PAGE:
Egypt's Morality Crackdown Targets Female Dancers : Parallels Activists say the government has stepped up prosecutions for alleged morality offenses. Hundreds of gay and transgender people have been targeted, and now the campaign has moved on to dancers.
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Egypt's Morality Crackdown Targets Female Dancers

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Egypt's Morality Crackdown Targets Female Dancers

Egypt's Morality Crackdown Targets Female Dancers

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STEVE INSKEEP, HOST:

The morality police in Egypt have shifted into overdrive. Human rights activists say the police have arrested hundreds of gay and transgender people. It's all part of a crackdown that began after a military-backed coup ousted the elected Islamist government. As NPR's Leila Fadel reports, now the police are targeting belly dancers.

(SOUNDBITE OF VIDEO)

SUHA MOHAMMED ALI: (Singing in foreign language).

LEILA FADEL, BYLINE: In this video, belly dancer Suha Mohammed Ali, known as Egypt's Shakira, is dressed in schoolgirl uniform and is shaking her hips. She dips low and sings about vegetables suggestively.

(SOUNDBITE OF VIDEO)

DALIA KAMAL YOUSSEF: (Singing in foreign language).

FADEL: In this video, Dalia Kamal Youssef, known as Pardis, dances with a squeegee. She's wearing gaudy, revealing outfits as she sings about wanting a man. The videos are definitely tacky. Some would say tasteless, but apparently in Egypt they're also criminal. Both women were recently sentenced to six months in jail for inciting debauchery. And Shakira and Pardis aren't the only ones whose dance moves landed them in jail. Another dancer was imprisoned for performing in an outfit made out of the Egyptian flag, and yet another was jailed for the low-cut, short dresses she wore as she shimmied and sang about male gropers.

It's a disturbing pattern, says Dalia Abdel Maguid, a researcher for the Egyptian Initiative for Personal Rights. It started, she says, with police going after the gay and transgender community.

DALIA ABDEL MAGUID: They would target gays and trans in some cases, and after then they would turn to dancers and dancers/prostitutes, and they would always, always - whether they are dancers, whether they are trans or gays, they would always be accused by prostitution, debauchery, you know?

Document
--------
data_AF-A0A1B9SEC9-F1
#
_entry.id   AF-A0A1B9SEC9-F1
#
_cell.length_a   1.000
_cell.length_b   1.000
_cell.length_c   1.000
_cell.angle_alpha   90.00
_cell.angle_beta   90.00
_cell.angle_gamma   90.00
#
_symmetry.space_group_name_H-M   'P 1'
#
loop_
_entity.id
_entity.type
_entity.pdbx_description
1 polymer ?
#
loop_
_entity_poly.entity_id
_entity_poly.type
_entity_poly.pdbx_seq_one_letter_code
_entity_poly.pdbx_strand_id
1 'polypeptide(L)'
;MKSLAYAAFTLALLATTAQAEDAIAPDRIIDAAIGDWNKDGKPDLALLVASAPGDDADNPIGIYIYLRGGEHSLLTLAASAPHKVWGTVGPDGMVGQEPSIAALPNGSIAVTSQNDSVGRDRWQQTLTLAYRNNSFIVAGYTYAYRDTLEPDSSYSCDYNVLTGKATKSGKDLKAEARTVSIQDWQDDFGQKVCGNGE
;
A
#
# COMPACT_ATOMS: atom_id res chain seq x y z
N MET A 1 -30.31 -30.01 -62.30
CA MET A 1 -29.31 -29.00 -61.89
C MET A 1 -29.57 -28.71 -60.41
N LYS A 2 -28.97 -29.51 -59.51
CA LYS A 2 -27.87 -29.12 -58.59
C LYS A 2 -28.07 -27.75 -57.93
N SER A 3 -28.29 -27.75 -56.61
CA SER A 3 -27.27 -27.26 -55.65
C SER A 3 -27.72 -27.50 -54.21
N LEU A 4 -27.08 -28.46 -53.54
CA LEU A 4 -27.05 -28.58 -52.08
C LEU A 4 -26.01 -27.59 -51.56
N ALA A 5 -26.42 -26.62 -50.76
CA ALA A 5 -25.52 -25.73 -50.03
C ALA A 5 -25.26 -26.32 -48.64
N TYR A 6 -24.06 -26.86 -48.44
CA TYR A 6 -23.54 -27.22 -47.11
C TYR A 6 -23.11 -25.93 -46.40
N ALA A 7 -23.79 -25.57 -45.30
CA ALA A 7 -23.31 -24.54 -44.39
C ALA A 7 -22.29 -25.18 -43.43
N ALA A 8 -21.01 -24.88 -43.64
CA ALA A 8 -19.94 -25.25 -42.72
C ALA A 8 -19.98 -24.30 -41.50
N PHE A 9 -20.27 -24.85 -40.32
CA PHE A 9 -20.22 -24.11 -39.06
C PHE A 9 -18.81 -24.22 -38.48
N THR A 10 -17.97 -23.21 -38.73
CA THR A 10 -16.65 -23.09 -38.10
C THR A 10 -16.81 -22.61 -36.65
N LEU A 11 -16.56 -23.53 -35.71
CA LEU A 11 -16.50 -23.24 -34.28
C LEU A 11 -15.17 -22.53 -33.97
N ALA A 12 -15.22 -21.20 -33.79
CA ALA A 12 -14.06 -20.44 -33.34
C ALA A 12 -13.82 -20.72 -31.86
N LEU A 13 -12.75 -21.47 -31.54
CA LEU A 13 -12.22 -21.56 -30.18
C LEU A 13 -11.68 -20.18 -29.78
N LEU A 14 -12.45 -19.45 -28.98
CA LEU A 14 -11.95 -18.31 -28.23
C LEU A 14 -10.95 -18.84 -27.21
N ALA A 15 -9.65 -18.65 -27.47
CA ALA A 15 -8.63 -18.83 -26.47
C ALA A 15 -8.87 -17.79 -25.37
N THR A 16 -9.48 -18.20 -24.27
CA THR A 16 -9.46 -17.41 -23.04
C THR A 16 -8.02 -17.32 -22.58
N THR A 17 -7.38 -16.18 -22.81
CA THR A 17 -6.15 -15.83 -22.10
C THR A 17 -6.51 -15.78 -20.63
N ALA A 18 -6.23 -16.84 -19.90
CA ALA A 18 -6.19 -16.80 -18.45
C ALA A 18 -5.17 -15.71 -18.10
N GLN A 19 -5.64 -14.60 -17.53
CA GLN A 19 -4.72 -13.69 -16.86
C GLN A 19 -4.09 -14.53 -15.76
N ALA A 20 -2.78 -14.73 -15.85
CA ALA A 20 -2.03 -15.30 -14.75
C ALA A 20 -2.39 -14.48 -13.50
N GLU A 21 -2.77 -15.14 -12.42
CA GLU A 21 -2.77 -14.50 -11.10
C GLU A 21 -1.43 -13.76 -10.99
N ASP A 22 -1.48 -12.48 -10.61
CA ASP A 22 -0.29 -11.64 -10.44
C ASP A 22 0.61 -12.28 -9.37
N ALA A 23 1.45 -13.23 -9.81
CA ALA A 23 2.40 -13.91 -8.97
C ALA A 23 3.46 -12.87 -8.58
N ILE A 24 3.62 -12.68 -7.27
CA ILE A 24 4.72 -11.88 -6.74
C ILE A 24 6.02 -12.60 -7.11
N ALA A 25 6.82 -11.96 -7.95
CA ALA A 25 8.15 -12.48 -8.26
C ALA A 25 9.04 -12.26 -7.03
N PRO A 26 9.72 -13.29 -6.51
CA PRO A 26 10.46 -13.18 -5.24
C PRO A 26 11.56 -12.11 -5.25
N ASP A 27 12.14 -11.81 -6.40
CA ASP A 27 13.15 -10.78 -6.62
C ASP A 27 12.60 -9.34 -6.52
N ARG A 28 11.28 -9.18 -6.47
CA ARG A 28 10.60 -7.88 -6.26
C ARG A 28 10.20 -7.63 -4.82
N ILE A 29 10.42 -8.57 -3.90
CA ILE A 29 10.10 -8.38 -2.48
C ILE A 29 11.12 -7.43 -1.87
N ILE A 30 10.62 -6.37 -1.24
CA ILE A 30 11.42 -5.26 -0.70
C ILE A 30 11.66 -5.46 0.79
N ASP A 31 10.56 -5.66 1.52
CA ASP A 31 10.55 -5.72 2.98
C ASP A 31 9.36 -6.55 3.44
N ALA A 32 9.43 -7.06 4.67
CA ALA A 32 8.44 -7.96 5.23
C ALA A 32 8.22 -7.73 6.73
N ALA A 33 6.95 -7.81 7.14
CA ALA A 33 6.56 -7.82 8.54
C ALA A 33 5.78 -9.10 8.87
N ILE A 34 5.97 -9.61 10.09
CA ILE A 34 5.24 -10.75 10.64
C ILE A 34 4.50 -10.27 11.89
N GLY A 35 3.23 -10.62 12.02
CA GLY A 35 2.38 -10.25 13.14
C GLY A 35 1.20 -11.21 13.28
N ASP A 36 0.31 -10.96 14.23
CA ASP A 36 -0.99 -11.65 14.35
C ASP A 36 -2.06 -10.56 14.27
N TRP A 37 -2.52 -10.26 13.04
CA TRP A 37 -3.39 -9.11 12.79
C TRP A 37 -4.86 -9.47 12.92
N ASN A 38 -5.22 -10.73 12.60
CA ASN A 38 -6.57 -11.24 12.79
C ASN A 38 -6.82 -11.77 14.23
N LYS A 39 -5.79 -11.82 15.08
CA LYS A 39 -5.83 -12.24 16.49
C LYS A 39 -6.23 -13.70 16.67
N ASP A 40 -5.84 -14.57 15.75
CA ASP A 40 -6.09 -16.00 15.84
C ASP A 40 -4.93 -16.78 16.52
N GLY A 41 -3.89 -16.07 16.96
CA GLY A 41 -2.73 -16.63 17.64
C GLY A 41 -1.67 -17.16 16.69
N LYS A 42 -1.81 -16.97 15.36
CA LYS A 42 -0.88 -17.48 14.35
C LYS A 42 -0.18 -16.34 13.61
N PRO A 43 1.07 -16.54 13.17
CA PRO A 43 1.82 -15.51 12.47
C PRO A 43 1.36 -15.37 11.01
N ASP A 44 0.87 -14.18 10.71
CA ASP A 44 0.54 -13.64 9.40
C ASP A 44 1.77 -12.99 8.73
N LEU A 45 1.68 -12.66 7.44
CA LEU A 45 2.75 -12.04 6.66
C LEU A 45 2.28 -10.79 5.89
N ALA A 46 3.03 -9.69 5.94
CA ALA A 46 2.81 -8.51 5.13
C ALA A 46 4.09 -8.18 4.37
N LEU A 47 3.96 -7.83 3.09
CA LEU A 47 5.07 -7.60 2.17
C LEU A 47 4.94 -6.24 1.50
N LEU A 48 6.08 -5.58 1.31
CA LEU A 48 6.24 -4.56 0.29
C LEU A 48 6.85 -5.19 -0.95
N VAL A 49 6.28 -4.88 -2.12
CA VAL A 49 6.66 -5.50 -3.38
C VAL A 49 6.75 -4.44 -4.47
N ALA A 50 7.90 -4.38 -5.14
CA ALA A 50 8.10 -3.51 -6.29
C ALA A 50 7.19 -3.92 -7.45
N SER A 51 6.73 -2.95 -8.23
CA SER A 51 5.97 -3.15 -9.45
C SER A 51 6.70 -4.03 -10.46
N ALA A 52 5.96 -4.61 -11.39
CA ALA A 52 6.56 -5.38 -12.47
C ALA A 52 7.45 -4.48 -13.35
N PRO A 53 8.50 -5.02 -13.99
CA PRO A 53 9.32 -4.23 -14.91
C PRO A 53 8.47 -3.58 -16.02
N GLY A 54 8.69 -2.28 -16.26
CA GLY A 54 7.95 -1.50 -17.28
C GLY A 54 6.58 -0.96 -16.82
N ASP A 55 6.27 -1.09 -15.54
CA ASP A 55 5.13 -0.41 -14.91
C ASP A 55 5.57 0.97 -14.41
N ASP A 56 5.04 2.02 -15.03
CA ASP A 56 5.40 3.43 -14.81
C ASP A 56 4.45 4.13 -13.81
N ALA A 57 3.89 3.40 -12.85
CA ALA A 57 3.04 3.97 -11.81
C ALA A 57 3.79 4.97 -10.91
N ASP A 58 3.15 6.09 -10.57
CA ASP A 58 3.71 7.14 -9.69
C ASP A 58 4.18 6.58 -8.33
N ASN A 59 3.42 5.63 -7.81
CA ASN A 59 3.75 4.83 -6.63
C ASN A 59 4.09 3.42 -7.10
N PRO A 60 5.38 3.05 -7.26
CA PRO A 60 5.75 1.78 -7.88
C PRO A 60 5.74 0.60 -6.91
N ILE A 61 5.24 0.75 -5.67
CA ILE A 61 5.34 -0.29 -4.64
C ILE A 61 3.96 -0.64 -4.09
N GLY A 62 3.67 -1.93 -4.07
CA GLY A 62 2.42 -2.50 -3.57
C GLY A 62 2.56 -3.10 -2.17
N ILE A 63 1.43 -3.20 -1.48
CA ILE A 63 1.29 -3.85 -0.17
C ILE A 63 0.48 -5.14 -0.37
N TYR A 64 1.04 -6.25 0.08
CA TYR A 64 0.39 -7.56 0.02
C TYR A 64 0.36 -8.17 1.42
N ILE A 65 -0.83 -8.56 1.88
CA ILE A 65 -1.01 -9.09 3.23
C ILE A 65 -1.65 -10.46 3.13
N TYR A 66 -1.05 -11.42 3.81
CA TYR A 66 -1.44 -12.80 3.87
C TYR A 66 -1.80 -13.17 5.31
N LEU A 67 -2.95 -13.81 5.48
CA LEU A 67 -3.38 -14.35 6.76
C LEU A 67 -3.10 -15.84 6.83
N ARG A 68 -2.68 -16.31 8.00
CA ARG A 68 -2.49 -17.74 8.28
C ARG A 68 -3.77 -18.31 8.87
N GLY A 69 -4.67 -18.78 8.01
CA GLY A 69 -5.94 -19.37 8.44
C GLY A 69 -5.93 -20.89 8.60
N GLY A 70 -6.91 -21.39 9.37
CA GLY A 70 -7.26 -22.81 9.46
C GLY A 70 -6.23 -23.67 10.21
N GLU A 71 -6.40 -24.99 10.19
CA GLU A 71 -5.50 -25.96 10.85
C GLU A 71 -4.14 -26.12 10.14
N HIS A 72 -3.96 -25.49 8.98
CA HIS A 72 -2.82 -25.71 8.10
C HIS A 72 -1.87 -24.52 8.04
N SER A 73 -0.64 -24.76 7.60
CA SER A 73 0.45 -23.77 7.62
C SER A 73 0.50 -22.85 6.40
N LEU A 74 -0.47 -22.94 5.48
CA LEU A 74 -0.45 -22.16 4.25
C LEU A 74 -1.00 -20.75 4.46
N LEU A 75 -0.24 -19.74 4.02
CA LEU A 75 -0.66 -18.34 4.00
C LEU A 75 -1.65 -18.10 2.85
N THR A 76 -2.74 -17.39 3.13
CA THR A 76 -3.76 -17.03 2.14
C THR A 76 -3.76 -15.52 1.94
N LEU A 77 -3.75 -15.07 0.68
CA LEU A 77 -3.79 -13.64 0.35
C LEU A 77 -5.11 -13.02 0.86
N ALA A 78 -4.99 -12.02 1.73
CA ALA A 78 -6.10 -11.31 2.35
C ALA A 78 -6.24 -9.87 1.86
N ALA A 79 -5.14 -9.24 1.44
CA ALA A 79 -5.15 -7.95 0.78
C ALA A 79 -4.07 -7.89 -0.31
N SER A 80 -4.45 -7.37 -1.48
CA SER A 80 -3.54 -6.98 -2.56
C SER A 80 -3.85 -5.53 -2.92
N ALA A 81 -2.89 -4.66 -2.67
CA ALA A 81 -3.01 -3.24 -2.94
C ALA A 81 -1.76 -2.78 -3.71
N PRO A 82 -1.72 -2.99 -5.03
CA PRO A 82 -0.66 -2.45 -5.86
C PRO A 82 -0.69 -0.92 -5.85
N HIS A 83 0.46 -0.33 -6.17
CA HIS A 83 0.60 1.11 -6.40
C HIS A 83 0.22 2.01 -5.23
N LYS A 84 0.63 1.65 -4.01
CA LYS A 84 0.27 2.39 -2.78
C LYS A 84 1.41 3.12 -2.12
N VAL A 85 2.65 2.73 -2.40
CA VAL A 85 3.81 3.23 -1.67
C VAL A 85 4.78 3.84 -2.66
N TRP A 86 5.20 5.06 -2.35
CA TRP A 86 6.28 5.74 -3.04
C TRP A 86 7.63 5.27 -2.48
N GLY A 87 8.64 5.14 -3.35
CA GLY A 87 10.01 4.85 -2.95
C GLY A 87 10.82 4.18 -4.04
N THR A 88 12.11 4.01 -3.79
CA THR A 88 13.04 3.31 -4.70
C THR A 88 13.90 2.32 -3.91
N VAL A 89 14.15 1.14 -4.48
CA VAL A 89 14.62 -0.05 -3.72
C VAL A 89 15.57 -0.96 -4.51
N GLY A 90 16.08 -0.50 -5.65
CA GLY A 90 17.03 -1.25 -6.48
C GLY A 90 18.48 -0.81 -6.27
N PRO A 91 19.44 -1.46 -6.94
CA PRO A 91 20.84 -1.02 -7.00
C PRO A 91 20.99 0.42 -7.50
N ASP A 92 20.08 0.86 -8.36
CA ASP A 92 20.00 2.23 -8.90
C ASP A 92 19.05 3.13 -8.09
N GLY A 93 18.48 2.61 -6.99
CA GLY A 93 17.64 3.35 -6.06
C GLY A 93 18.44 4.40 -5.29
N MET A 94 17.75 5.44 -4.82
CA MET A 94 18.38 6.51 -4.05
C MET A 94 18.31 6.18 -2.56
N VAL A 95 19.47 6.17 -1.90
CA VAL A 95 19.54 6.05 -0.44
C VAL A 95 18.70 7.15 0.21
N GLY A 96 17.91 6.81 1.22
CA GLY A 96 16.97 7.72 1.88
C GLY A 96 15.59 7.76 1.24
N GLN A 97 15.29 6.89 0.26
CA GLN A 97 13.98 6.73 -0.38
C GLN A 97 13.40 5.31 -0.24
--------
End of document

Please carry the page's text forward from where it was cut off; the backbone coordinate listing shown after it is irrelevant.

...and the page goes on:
FADEL: She's tracked over 200 cases of people accused of being gay and arrested for debauchery or similar charges by morality police since 2013. Now the campaign has widened to include dancers accused of inciting debauchery or prostitution. The surprising part of all of this is that the uptick in morality cases started after the ouster of Egypt's first freely elected president, Mohamed Morsi. He was an Islamist from the Muslim Brotherhood. He was accused of trying to take the state backwards and of supporting extremism. He's now on death row in an Egyptian prison. Abdel Maguid says the military-backed government is trying to prove it's the real guardian of morality and Islam, not the ousted Islamist and the Brotherhood or the extremists of militant groups like ISIS.

FADEL: She's tracked over 200 cases of people accused of being gay and arrested for debauchery or similar charges by morality police since 2013. Now the campaign has widened to include dancers accused of inciting debauchery or prostitution. The surprising part of all of this is that the uptick in morality cases started after the ouster of Egypt's first freely elected president, Mohamed Morsi. He was an Islamist from the Muslim Brotherhood. He was accused of trying to take the state backwards and of supporting extremism. He's now on death row in an Egyptian prison. Abdel Maguid says the military-backed government is trying to prove it's the real guardian of morality and Islam, not the ousted Islamist and the Brotherhood or the extremists of militant groups like ISIS.

DALIA ABDEL MAGUID: It is a battle of who is the representative of real Islam.

FADEL: And she says the state is using all its weapons to push the agenda. The Ministry of Religious Endowments issues statements saying Egypt won't accept perversion and that morality will be protected. State-aligned media are hyping up coverage of sex scandals and so called morality cases. Recently, the music syndicate implemented a dress code for female singers. Khaled Bayoumi, a singer and member of the union, says the syndicate is just implementing long-standing rules.

KHALED BAYOUMI: (Foreign language spoken).

FADEL: He says the rules are to protect artists, citing the example of a Lebanese singer who was harassed at a concert in Egypt. He says it's because of her skimpy outfit.

BAYOUMI: (Foreign language spoken).

FADEL: Egypt is the Hollywood of the Middle East, he says. It's the center of music and film, and it's the syndicate's responsibility to protect it from being cheapened.

BAYOUMI: (Singing in foreign language).

FADEL: Then he breaks into song. His music, he says, is an example of that classic Egyptian sound. Leila Fadel, NPR News, Cairo.

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